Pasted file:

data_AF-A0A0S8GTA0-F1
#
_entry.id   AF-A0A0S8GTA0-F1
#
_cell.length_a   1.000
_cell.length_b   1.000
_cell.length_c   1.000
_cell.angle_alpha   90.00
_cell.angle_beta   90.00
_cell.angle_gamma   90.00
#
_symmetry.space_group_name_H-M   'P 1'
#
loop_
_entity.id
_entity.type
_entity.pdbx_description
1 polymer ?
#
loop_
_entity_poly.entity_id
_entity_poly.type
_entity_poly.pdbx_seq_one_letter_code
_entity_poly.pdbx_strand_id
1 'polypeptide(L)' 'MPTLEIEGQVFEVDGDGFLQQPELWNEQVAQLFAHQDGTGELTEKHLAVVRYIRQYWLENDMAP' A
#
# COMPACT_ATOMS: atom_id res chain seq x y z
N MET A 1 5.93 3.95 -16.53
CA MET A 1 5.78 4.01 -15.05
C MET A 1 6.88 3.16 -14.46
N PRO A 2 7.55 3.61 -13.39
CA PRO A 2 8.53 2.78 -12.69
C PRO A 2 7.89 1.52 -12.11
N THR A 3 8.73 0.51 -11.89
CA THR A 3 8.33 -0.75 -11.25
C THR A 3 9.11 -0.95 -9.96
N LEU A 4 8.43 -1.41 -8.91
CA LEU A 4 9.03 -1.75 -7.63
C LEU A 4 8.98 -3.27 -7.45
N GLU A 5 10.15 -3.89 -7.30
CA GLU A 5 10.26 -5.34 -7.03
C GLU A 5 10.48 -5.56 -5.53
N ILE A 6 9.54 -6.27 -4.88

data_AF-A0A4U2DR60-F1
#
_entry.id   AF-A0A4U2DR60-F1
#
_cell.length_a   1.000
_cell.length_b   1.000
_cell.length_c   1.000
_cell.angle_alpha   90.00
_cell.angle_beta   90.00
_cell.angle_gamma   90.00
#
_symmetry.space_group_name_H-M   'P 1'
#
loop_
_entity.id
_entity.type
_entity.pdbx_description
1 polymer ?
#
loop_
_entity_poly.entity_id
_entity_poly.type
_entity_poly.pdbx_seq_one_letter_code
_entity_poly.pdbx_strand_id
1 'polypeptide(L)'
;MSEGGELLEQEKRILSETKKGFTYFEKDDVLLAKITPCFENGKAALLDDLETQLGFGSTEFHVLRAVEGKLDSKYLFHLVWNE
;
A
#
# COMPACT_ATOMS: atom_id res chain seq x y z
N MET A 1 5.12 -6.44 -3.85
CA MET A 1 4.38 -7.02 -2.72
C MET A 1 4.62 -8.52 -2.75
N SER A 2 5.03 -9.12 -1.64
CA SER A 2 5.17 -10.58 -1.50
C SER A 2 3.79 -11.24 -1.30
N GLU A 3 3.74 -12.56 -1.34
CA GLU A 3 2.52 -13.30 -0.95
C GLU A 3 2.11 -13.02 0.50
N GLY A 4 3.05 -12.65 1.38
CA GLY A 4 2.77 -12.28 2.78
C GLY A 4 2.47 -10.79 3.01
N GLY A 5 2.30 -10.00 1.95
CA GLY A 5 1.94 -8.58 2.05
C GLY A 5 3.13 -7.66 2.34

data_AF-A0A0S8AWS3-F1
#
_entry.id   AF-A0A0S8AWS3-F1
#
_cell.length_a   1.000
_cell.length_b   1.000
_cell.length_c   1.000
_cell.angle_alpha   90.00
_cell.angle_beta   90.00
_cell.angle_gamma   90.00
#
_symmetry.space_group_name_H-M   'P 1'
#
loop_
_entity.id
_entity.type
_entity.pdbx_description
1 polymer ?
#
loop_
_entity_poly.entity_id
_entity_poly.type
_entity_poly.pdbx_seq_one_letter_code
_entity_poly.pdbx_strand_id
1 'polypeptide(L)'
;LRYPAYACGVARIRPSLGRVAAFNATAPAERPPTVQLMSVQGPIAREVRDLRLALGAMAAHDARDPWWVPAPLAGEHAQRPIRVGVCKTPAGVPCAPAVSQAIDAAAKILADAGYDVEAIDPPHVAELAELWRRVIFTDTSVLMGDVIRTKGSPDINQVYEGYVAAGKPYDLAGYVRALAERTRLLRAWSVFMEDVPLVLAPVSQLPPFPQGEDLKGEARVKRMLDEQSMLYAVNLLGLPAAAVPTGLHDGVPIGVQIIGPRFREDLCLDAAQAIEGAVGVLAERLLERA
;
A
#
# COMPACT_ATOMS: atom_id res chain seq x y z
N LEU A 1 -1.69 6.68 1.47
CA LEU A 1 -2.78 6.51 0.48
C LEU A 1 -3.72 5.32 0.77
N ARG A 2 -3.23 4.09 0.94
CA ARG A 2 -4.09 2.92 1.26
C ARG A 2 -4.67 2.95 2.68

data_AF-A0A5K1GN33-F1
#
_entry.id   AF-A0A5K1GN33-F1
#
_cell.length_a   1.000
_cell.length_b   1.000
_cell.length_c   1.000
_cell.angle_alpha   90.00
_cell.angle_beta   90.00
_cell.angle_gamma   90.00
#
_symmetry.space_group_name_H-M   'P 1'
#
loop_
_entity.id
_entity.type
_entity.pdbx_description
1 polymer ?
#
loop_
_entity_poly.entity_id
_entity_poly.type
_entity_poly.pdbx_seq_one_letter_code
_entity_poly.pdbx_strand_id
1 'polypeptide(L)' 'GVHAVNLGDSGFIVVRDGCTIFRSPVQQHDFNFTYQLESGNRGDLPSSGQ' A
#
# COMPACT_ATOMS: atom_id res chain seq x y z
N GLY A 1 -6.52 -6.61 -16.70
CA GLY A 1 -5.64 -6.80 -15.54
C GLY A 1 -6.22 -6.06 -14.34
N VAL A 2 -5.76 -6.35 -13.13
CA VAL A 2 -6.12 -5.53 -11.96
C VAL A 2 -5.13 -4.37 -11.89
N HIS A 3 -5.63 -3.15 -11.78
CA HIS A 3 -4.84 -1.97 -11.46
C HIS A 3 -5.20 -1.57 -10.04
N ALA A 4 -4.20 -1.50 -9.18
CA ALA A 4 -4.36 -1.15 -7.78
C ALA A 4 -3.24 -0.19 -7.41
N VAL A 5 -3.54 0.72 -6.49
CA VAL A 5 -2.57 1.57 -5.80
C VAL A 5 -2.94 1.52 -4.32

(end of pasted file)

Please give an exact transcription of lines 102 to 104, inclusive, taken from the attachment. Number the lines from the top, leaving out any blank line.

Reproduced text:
loop_
_entity.id
_entity.type